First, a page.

Monday, December 3, 2012

Creating an Herbal Medicine Chest for the Cold and Flu Season (with an introduction to energetics)

I know there are lots of articles about colds and flu out there. Unfortunately many of these articles have a this for that approach. Have a sore throat, take this. Have a cough, take that. Have a fever, take this. 

Granted, this type of herbalism is sometimes successful. But many times it's not and it can be frustrating for the person who is wanting to avoid over the counter medicines or convince their family that herbs really are the way to go. 

This article on using herbs for colds and the flu is not just about using this herb for that condition. We'll also take a basic look at the energetics of an acute upper respiratory infection and look at the herbs specific to those different patterns. 

We know that not all colds or all the flu are all alike. Not all coughs are alike, not all fevers are alike. Therefore let's use herbs that are specific to the symptoms of the person, rather than a catch all. This way we'll be fare more effective!

In this article we are going to look at prevention and treatment of colds and flu using simple to make herbal remedies. While this article is mainly about medicine making we’ll also briefly look at basic energetics of the common cold/flu so that we can better choose herbs for the symptoms. 

Before we get to the article, you may want to check out some other posts I've done about using herbs for the cold and flu season. 

Preventing Colds and the Flu (part 1)
Herbal Remedies for the First Sign of a Cold or Flu (part 2)
Herbal Remedies for a Sore Throat (part 3)
Herbal Remedies for a Fever (part 4)
Anatomy & Physiology of the Immune System

Certainly, the best way to prevent colds and the flu is to live a healthy balanced life. Eat fresh whole foods, breathe clean air, live a fulfilling life, get appropriate sunlight exposure and enjoy rigorous movement every day. 

Of course food and herbs can have a major role in preventing illness. Nutrient dense foods keep us overall strong and healthy, while some foods like shitake mushrooms or spices like turmeric and garlic, can be eaten regularly to support our immune system. 

At our house we love chai teas. Many roots that we regularly take are thrown in the chai pot. Here’s a variation of one of our favorite immune supporting chai teas. 

Astragalus and Codonopsis Chai
2 parts codonopsis root (Codonopsis pilosula)
2 parts astragalus root (Astragalus membranaceus)
one part cinnamon chips (Cinnamomum spp.) 
one part ginger (Zingiber officinalis)
1/2 part cardamom (Elettaria cardamomum)
1/4 part clove (Eugenia caryophyllata)
1/4 part peppercorns (cubeb berries are also nice)

I make this up in big batches and store it in a jar. When I am ready to make the drink I use a 1/2 cup of the total mixture and simmer for 40 minutes in a quart of water. (This can also be done in a crockpot overnight on low.) 

I then strain the tea off and pour it into a mug until the mug is 3/4 of the way full. Then I add some type of milk for the last 1/4. Yummy! This is something I will drink every day for long periods of time.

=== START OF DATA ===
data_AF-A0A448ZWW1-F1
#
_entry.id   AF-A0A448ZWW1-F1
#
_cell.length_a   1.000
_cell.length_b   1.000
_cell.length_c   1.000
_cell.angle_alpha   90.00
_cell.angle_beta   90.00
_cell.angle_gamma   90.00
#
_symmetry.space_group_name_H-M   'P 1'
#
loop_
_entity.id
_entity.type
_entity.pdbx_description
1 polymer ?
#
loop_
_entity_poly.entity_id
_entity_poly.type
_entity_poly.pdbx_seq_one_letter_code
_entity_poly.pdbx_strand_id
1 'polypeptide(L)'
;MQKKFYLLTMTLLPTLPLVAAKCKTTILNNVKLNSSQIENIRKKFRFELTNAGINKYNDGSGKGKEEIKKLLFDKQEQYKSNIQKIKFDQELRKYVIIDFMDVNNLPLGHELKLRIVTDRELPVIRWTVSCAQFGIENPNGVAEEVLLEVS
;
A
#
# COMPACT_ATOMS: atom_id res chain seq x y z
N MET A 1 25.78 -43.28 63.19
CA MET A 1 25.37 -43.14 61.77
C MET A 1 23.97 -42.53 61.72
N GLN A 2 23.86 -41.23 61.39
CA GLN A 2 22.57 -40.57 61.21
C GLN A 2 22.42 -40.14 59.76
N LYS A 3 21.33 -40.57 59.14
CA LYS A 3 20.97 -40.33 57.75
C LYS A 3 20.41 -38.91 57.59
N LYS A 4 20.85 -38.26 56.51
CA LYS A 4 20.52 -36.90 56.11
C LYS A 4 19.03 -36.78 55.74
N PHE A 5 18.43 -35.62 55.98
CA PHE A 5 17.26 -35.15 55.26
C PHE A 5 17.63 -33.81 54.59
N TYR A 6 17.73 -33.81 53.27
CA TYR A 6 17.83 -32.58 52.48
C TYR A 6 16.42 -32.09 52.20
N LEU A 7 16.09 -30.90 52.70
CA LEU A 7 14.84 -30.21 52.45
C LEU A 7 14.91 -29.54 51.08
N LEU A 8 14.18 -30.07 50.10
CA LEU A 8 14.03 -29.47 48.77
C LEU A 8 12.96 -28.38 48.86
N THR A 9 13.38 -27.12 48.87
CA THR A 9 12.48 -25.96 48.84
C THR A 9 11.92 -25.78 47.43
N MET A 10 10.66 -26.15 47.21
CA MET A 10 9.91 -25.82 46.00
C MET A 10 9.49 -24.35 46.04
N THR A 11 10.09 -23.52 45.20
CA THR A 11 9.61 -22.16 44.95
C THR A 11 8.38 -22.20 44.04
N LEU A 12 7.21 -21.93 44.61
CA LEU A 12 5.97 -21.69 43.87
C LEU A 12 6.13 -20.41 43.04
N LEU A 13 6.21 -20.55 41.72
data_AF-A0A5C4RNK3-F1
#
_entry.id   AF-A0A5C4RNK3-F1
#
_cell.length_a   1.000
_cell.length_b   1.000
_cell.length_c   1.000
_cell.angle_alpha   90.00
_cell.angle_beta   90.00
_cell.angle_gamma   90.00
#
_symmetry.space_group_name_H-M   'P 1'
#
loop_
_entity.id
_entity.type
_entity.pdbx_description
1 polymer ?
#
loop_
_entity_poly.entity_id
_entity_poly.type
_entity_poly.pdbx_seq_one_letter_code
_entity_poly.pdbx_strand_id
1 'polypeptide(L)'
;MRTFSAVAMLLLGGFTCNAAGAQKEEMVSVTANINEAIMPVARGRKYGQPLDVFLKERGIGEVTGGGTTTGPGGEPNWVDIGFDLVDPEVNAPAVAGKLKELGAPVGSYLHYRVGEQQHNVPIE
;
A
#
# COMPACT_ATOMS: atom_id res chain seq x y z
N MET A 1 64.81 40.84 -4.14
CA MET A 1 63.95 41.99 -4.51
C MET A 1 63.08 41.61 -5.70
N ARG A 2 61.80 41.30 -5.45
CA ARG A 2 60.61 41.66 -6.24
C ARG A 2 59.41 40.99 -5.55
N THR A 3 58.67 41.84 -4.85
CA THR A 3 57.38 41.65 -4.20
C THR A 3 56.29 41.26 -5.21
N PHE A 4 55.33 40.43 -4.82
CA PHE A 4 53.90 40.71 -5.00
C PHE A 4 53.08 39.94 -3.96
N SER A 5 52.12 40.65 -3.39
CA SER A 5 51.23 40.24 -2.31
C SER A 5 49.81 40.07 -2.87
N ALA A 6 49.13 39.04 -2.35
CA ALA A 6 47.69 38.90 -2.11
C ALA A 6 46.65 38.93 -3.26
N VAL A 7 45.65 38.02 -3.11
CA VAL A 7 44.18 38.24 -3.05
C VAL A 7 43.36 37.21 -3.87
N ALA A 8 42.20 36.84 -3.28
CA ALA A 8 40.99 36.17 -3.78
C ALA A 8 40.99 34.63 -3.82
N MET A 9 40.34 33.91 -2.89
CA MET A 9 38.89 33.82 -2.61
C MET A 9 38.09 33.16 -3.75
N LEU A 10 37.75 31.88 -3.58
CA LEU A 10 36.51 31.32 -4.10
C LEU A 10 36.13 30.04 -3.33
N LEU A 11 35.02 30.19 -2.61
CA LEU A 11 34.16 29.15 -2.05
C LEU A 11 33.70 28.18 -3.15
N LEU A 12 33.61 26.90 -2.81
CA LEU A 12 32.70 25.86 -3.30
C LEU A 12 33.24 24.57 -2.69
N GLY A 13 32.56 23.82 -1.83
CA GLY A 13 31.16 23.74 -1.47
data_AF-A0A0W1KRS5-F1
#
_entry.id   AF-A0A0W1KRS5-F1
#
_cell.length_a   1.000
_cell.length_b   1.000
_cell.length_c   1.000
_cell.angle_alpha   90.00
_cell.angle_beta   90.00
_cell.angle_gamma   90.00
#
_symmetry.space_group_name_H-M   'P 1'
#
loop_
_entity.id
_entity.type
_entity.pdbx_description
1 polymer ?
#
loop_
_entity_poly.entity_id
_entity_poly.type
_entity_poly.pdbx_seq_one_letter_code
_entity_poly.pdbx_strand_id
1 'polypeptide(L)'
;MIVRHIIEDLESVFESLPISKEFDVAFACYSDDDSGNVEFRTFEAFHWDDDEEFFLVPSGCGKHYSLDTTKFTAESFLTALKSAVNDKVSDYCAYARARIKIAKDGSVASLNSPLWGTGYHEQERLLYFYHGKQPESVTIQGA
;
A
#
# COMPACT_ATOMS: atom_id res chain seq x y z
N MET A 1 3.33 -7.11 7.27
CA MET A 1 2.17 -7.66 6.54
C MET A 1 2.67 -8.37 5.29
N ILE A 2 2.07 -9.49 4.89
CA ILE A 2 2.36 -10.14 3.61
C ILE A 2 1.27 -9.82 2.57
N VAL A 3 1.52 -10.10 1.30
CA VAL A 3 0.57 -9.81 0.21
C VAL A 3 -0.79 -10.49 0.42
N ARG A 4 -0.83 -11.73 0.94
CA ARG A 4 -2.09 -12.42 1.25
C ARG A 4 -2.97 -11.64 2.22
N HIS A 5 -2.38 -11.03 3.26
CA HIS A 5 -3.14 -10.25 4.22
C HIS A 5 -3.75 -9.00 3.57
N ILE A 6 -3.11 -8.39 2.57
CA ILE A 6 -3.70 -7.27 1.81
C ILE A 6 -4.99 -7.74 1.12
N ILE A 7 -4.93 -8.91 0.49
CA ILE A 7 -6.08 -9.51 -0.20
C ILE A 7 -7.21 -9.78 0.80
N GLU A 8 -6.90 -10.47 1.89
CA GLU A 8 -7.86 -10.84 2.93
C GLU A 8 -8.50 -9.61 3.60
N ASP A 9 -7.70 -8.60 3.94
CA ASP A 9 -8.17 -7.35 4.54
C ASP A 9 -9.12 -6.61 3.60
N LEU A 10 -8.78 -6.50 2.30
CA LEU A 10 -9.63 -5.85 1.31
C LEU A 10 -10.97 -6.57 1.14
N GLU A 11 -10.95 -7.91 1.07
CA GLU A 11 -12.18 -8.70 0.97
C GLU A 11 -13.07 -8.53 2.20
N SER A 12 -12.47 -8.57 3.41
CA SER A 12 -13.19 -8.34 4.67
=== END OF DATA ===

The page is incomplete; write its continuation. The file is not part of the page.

Basic energetics of a cold or flu
If preventive methods fall through and you are dealing with an onset of illness, rather than choosing herbs to treat a generic cold or flu, I suggest you learn basic energetics to help choose something more specific. 

In Traditional Chinese Medicine acute conditions (like a cold or the flu) can basically be seen in two different categories: External-Wind-Heat or External-Wind-Cold.  This is essentially understanding whether there is more heat present or if there is more cold present. 

The following is a very basic overview. Whenever I deal with energetics I never want to get too dogmatic or overly theoretical. The whole point is to find herbs to match the person so that person can find quick relief. I am not the kind of herbalist who splits hairs (although I admire those who can!), instead I am looking for general patterns as a guiding stepping stone. 

A person who is displaying more cold symptoms will have more of the following symptoms. 

  • sudden and rapid onset
  • stronger chills with slight fever and no sweating
  • aversion to wind and cold
  • stuffy nose with clear to white mucosal secretions
  • pale face
  • itchy or slightly sore throat
  • itchiness
  • body aches and headache
  • slight cough
  • no thirst

Our strategy here is to increase warmth and circulation. 

Ginger Decoction
I am absolutely smitten for ginger. Talk about an herb that can do it all! If I am feeling chilly with the onset of a cold or flu, this is the first thing I reach for. 

1/2 cup dried ginger (fresh could be used as well, just double the amount)
1 quart of water

Simmer these (with a lid) for twenty minutes. Strain and drink. Warning! this is not your afternoon cup of tea. This is a very spicy brew. If needed add some lemon and or honey to taste. Wear a scarf, hat and other warm clothes while drinking. 

Sweating therapy
Inducing a person to sweat is a very traditional method used all over the world to promote circulation, ward off a cold, flu and other illnesses or even for spiritual purposes. Sweating can be done as a dry or damp heat, depending on your set up. At home I use damp heat. I simply fill a large basin with just boiled water and place it underneath a kitchen chair. Then sitting on the chair I wrap a sheet and then a thick blanket around me. The blanket  is wrapped around my neck, allowing my head and face to be outside of the ‘steam room’. The blanket needs to touch the ground completely to avoid loosing the steam.